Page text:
Forward progress: What we’re looking to see in fall camp

Florida State football players will report for the start of fall camp on Friday and hit the practice field for the first time since April as a team on Saturday morning. Despite last year’s struggles on the field, which resulted in a 3-6 season there is a lot of excitement surrounding the program as it heads into year two under head coach Mike Norvell. That being said, and we do anticipate that FSU will be better than it was a year ago, here are some things the Osceola staff will be looking to see at practice as the Seminoles prepare for the season opener against Notre Dame and the 2021 season.

Pat Burnham

Quarterback clarity: It is very likely that Norvell will operate with some sort of two-quarterback system in order to take advantage of McKenzie Milton’s and Jordan Travis’ complementary skill sets. There are two questions here. First, will and who will separate themselves as the definitive starter? And will the offense be more consistent if Milton or Travis were to grab firm grasp of the job?

If you believe in the old adage “if you have two quarterbacks you really don’t have one” you would think that someone taking control of the job would allow for more consistency from the offense and in some respect simply the game planning for the offensive staff and players alike. However, that adage is not always true. There are multiple examples of teams using two quarterbacks very effectively over the course of college football history, including FSU’s history. However, I am not sure how much the quarterbacks themselves like it, past and present. It will be interesting to watch how this battle plays out and what he means for the long-term success of the offense this season.

Pass protection: FSU was much more effective running the ball last year under Norvell than it had been in several years. However, it struggled in pass protection last year and even in the spring. If FSU can protect the passer, especially Milton, the Seminoles’ passing game could help make the running game that much better. We will be looking to see how much the return of a healthy Devontay Love-Taylor and the addition of Notre Dame transfer Dillan Gibbons impact the unit’s ability to protect the passer. Improvement in this area could change the dynamic of the offense. Allowing FSU’s quarterbacks time to take shots down field in the vertical passing game could do wonders for the offense as a whole.

Fill the gap: Forever dating back to legendary coach Bobby Bowden’s early years, FSU has almost always had a dominant player at one of the linebacker positions. That has not been the case over the last several seasons. Will we see improved play from this unit in their second year in defensive coordinator Adam Fuller’s system? How does a healthy Emmett Rice impact the position group and the defense as a whole? Will Amari Gainer and Stephen Dix become more comfortable than they were in the spring in Fuller’s 4-2-5 base-nickel alignment? Can linebackers coach Chris Marve find and develop dependable depth from a unit the includes Kalen DeLoach, Jaleel McRae, DJ Lundy and Jayion McCluster?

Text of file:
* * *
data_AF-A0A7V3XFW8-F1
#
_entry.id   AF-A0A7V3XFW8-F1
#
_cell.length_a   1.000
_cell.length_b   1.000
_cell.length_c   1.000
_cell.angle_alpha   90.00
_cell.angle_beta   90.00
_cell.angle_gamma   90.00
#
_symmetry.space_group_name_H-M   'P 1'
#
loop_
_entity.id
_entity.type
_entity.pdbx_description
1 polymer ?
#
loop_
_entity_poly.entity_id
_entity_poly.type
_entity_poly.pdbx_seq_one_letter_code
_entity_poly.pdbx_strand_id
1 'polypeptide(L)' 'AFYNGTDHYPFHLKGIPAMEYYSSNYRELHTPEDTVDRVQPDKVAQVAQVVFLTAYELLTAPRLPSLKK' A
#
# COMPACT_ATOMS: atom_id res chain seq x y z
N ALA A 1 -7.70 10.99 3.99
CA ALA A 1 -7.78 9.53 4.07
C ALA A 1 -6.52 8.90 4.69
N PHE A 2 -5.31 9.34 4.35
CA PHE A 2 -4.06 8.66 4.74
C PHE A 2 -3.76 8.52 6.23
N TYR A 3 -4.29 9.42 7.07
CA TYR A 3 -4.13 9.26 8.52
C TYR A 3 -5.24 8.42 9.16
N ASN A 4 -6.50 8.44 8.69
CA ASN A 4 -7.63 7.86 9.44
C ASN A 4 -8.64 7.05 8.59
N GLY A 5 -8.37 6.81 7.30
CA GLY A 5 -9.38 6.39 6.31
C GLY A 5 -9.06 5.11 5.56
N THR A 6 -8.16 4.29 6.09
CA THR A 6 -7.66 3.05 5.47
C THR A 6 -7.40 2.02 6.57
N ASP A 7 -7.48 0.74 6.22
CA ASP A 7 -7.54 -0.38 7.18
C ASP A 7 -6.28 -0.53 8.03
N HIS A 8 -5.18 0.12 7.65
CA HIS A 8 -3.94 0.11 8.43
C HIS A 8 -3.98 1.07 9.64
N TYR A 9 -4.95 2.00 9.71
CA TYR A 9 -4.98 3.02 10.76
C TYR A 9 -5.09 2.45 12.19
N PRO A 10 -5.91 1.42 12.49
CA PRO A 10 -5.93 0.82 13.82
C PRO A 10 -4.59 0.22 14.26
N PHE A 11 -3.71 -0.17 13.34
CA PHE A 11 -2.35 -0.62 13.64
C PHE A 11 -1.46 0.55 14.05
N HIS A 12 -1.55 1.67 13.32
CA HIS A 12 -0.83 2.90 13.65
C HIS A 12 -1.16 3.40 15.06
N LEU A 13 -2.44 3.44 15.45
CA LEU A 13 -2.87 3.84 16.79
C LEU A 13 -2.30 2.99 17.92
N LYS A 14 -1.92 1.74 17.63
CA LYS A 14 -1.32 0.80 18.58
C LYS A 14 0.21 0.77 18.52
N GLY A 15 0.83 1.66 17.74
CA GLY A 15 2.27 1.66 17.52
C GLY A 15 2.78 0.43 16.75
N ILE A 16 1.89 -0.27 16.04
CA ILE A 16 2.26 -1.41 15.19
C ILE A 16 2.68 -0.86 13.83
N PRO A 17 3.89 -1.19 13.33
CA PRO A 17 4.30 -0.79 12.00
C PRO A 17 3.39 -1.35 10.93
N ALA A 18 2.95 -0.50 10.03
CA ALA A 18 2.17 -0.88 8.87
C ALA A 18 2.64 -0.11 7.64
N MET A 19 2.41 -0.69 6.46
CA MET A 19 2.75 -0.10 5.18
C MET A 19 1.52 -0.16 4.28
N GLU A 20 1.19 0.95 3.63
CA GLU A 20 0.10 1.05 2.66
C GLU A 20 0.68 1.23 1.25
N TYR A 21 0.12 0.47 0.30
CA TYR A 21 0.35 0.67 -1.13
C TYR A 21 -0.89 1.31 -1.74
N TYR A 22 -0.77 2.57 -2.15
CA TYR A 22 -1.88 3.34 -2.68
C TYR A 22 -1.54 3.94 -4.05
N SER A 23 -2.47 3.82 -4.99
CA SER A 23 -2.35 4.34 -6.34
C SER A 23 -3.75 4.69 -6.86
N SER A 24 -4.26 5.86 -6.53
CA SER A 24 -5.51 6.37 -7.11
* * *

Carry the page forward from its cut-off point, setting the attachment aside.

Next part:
Bob Ferrante

Jordan Wilson factor: Of all the injuries that hurt what the Seminoles were trying to do in 2020, it’s fair to venture that the loss of grad transfer tight end Jordan Wilson was an early loss and an irreplaceable one. Wilson was viewed as a battering ram, a versatile tight end-fullback hybrid who could make the run game go as well as offer a pass blocker — a position Norvell values highly. This isn’t to knock Camren McDonald one bit. He arrived at FSU as a flex tight end and has done everything asked of him and has improved as a blocker. There’s a role for both but what Wilson offers is something other tight ends on the roster can’t do.

Consistently catch the ball: Of all the curiosities of FSU football going into camp, for me it’s a question of which illustration of the receivers do we see – the receivers who dropped passes last fall and in the spring or the ones who consistently looked quite good in the spring game. If FSU starts three receivers, it’s easy to state it will be Andrew Parchment, Ontaria Wilson and a true or redshirt freshman. But it’s not even a certainty to me. Who catches the ball with consistency? Who has game-breaking ability? Who blocks well on the perimeter? It’s about as wide-open a competition as any on the team going into camp.

Pass rush: It feels strange not to mention pass rush since it’s probably the No. 1 focal point on Sept. 5 when the season begins. Perhaps the effectiveness of the pass rush can’t be measured appropriately until FSU holds a scrimmage or two but how good Jermaine Johnson, Keir Thomas and Marcus Cushnie are at applying some amount of pressure is essential to the season. We won’t see them sack quarterbacks in green jerseys in August, but we will want to see it happen at least in scrimmages.